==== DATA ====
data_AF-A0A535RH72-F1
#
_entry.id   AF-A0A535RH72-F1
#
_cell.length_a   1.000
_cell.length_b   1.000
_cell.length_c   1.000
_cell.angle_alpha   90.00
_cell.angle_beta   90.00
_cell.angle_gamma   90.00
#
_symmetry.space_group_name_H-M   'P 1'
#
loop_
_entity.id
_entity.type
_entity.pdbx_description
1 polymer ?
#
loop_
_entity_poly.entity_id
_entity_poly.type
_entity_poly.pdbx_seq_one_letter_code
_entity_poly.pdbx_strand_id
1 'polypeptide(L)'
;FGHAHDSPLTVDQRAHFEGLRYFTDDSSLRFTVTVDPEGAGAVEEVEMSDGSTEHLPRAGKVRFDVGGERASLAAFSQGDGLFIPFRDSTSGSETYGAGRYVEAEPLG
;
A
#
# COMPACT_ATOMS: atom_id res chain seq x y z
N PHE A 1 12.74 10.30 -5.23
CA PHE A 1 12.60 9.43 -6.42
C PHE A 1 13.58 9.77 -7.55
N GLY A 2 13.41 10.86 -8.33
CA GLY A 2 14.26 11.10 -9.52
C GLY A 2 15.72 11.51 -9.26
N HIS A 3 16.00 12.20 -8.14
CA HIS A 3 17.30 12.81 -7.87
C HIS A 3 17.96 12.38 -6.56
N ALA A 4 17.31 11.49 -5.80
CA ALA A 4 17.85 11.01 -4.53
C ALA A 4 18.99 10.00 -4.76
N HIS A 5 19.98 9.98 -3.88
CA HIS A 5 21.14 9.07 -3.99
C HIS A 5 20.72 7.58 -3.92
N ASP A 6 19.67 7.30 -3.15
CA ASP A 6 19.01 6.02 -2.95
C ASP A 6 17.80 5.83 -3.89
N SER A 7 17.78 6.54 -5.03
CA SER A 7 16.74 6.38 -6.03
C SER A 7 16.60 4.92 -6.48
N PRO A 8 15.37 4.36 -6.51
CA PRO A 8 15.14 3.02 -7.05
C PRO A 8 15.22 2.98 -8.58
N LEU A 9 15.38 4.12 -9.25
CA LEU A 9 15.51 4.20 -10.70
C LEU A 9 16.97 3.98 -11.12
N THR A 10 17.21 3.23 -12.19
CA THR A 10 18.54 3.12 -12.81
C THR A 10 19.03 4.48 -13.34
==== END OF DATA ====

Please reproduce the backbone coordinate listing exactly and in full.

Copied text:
data_AF-A0A535RH72-F1
#
_entry.id   AF-A0A535RH72-F1
#
_cell.length_a   1.000
_cell.length_b   1.000
_cell.length_c   1.000
_cell.angle_alpha   90.00
_cell.angle_beta   90.00
_cell.angle_gamma   90.00
#
_symmetry.space_group_name_H-M   'P 1'
#
loop_
_entity.id
_entity.type
_entity.pdbx_description
1 polymer ?
#
loop_
_entity_poly.entity_id
_entity_poly.type
_entity_poly.pdbx_seq_one_letter_code
_entity_poly.pdbx_strand_id
1 'polypeptide(L)'
;FGHAHDSPLTVDQRAHFEGLRYFTDDSSLRFTVTVDPEGAGAVEEVEMSDGSTEHLPRAGKVRFDVGGERASLAAFSQGDGLFIPFRDSTSGSETYGAGRYVEAEPLG
;
A
#
# COMPACT_ATOMS: atom_id res chain seq x y z
N PHE A 1 12.74 10.30 -5.23
CA PHE A 1 12.60 9.43 -6.42
C PHE A 1 13.58 9.77 -7.55
N GLY A 2 13.41 10.86 -8.33
CA GLY A 2 14.26 11.10 -9.52
C GLY A 2 15.72 11.51 -9.26
N HIS A 3 16.00 12.20 -8.14
CA HIS A 3 17.30 12.81 -7.87
C HIS A 3 17.96 12.38 -6.56
N ALA A 4 17.31 11.49 -5.80
CA ALA A 4 17.85 11.01 -4.53
C ALA A 4 18.99 10.00 -4.76
N HIS A 5 19.98 9.98 -3.88
CA HIS A 5 21.14 9.07 -3.99
C HIS A 5 20.72 7.58 -3.92
N ASP A 6 19.67 7.30 -3.15
CA ASP A 6 19.01 6.02 -2.95
C ASP A 6 17.80 5.83 -3.89
N SER A 7 17.78 6.54 -5.03
CA SER A 7 16.74 6.38 -6.03
C SER A 7 16.60 4.92 -6.48
N PRO A 8 15.37 4.36 -6.51
CA PRO A 8 15.14 3.02 -7.05
C PRO A 8 15.22 2.98 -8.58
N LEU A 9 15.38 4.12 -9.25
CA LEU A 9 15.51 4.20 -10.70
C LEU A 9 16.97 3.98 -11.12
N THR A 10 17.21 3.23 -12.19
CA THR A 10 18.54 3.12 -12.81
C THR A 10 19.03 4.48 -13.34